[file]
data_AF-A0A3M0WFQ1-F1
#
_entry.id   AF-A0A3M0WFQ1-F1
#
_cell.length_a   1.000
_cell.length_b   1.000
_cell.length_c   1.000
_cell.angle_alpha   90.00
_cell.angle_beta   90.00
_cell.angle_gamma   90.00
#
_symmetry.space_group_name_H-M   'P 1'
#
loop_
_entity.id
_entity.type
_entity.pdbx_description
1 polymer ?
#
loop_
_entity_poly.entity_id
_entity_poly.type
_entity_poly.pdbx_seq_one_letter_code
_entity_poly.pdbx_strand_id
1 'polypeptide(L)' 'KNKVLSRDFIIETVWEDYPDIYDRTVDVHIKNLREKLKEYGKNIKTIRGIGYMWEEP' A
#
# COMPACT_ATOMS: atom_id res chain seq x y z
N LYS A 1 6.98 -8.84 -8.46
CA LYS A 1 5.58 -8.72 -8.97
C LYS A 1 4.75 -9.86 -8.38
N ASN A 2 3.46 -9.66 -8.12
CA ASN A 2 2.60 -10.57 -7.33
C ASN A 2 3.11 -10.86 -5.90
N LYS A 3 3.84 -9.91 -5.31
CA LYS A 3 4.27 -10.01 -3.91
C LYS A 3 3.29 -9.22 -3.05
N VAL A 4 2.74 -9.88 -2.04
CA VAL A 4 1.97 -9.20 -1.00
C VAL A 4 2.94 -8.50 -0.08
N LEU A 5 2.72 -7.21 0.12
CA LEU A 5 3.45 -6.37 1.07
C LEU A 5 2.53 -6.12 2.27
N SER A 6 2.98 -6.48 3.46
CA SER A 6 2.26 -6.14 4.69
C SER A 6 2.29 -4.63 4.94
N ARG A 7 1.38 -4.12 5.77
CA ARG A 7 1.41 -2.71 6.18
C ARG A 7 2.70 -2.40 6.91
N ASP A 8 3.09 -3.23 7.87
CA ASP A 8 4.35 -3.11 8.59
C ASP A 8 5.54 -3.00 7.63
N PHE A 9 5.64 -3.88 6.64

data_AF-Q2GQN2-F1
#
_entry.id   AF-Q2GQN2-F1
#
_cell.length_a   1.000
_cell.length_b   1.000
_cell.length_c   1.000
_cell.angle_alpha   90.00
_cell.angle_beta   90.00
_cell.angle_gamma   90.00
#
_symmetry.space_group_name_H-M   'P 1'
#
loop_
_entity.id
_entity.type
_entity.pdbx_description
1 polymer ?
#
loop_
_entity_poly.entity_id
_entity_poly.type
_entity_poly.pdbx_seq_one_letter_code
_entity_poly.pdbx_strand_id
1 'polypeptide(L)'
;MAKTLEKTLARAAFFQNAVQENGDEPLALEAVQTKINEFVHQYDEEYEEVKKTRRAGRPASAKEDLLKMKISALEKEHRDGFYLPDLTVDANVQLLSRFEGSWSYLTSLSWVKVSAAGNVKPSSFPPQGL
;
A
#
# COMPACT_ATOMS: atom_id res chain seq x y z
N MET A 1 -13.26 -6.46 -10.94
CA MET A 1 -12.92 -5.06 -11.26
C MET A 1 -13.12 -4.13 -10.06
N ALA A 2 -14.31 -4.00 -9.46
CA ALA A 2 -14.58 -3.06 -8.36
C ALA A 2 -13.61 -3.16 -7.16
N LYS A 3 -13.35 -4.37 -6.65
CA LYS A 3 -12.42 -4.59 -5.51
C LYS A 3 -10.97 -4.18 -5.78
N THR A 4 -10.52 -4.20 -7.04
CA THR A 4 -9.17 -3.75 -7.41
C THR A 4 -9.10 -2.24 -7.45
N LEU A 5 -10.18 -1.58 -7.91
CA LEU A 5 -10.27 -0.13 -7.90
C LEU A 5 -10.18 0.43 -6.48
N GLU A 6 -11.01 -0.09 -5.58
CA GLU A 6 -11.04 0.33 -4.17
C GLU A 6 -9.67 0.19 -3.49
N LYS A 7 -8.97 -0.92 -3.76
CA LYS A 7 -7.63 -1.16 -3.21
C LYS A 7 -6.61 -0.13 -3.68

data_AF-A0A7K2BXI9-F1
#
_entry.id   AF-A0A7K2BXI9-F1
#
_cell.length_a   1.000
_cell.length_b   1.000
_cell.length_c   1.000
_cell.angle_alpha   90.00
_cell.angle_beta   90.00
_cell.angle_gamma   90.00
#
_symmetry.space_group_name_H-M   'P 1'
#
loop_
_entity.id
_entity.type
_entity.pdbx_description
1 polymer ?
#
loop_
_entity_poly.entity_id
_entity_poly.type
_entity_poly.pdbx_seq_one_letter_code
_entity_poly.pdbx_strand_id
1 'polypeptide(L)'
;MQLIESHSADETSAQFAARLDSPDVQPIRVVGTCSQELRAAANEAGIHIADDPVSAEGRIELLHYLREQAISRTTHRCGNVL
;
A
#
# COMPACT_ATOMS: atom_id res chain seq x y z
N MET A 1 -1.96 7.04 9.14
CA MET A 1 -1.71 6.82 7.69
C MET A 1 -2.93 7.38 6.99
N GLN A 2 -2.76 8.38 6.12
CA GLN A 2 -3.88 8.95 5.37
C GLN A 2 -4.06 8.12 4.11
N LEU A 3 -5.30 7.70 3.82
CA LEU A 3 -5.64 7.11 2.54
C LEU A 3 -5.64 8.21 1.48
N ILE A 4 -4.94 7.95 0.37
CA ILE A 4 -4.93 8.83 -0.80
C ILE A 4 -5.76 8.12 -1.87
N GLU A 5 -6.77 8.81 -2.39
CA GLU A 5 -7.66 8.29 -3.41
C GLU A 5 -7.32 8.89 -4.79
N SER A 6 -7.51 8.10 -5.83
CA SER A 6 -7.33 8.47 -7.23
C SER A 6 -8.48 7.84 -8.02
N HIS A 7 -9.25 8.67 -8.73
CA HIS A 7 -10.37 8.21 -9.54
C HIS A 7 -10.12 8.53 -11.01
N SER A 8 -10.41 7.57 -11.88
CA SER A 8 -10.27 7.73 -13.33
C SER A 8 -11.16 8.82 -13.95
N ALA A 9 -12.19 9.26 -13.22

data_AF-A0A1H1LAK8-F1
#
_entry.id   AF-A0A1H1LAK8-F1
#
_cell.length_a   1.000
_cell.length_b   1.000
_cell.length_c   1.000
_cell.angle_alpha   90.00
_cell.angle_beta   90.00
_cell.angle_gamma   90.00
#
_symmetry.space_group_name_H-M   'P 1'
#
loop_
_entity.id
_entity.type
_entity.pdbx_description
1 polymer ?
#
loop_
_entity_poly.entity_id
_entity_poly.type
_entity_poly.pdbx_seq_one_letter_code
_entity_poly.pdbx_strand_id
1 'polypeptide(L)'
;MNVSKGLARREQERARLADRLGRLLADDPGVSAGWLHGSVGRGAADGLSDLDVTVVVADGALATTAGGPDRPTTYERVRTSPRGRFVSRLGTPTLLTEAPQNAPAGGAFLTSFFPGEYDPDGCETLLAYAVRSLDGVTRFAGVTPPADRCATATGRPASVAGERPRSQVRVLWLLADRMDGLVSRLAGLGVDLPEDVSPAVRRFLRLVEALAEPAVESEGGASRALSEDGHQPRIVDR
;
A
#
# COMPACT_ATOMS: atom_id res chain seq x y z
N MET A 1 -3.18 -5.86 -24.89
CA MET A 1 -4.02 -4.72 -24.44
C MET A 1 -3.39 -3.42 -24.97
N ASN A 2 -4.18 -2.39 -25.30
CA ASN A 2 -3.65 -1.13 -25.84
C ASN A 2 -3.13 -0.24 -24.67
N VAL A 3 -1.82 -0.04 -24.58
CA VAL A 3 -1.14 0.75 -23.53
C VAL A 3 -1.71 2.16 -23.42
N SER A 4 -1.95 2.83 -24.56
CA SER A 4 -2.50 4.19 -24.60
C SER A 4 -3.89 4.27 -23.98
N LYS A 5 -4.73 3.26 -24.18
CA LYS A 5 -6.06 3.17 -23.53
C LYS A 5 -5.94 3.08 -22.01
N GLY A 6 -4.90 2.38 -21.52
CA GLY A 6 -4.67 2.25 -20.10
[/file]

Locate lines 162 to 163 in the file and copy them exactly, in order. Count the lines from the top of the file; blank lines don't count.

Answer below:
#
_cell.length_a   1.000